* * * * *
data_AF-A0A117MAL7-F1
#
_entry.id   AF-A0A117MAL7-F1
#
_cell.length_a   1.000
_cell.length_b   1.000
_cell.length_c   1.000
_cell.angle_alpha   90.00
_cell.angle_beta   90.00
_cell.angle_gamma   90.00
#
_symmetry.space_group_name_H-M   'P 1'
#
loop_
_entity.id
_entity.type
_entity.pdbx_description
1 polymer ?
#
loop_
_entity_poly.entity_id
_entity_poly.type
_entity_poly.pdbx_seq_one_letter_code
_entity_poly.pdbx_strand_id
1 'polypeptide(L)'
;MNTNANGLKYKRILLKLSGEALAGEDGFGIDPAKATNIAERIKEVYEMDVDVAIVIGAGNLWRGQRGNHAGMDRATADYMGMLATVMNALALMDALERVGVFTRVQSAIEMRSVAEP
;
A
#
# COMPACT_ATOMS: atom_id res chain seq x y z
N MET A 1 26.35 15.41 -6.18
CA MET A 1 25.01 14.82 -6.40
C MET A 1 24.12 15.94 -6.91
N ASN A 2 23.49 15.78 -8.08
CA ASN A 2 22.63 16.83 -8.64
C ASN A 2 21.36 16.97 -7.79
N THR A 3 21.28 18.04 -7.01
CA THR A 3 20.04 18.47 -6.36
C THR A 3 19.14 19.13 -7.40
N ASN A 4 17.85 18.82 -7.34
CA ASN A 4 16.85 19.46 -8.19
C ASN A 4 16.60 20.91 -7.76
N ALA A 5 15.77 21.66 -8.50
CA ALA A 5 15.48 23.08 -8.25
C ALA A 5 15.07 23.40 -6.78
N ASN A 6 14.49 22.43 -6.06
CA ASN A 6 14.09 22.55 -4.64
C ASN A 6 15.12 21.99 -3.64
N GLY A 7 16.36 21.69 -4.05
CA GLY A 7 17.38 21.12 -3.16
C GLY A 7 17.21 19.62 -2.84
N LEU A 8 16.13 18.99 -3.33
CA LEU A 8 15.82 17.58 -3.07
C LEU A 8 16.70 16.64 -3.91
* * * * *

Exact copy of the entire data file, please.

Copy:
data_AF-A0A117MAL7-F1
#
_entry.id   AF-A0A117MAL7-F1
#
_cell.length_a   1.000
_cell.length_b   1.000
_cell.length_c   1.000
_cell.angle_alpha   90.00
_cell.angle_beta   90.00
_cell.angle_gamma   90.00
#
_symmetry.space_group_name_H-M   'P 1'
#
loop_
_entity.id
_entity.type
_entity.pdbx_description
1 polymer ?
#
loop_
_entity_poly.entity_id
_entity_poly.type
_entity_poly.pdbx_seq_one_letter_code
_entity_poly.pdbx_strand_id
1 'polypeptide(L)'
;MNTNANGLKYKRILLKLSGEALAGEDGFGIDPAKATNIAERIKEVYEMDVDVAIVIGAGNLWRGQRGNHAGMDRATADYMGMLATVMNALALMDALERVGVFTRVQSAIEMRSVAEP
;
A
#
# COMPACT_ATOMS: atom_id res chain seq x y z
N MET A 1 26.35 15.41 -6.18
CA MET A 1 25.01 14.82 -6.40
C MET A 1 24.12 15.94 -6.91
N ASN A 2 23.49 15.78 -8.08
CA ASN A 2 22.63 16.83 -8.64
C ASN A 2 21.36 16.97 -7.79
N THR A 3 21.28 18.04 -7.01
CA THR A 3 20.04 18.47 -6.36
C THR A 3 19.14 19.13 -7.40
N ASN A 4 17.85 18.82 -7.34
CA ASN A 4 16.85 19.46 -8.19
C ASN A 4 16.60 20.91 -7.76
N ALA A 5 15.77 21.66 -8.50
CA ALA A 5 15.48 23.08 -8.25
C ALA A 5 15.07 23.40 -6.78
N ASN A 6 14.49 22.43 -6.06
CA ASN A 6 14.09 22.55 -4.64
C ASN A 6 15.12 21.99 -3.64
N GLY A 7 16.36 21.69 -4.05
CA GLY A 7 17.38 21.12 -3.16
C GLY A 7 17.21 19.62 -2.84
N LEU A 8 16.13 18.99 -3.33
CA LEU A 8 15.82 17.58 -3.07
C LEU A 8 16.70 16.64 -3.91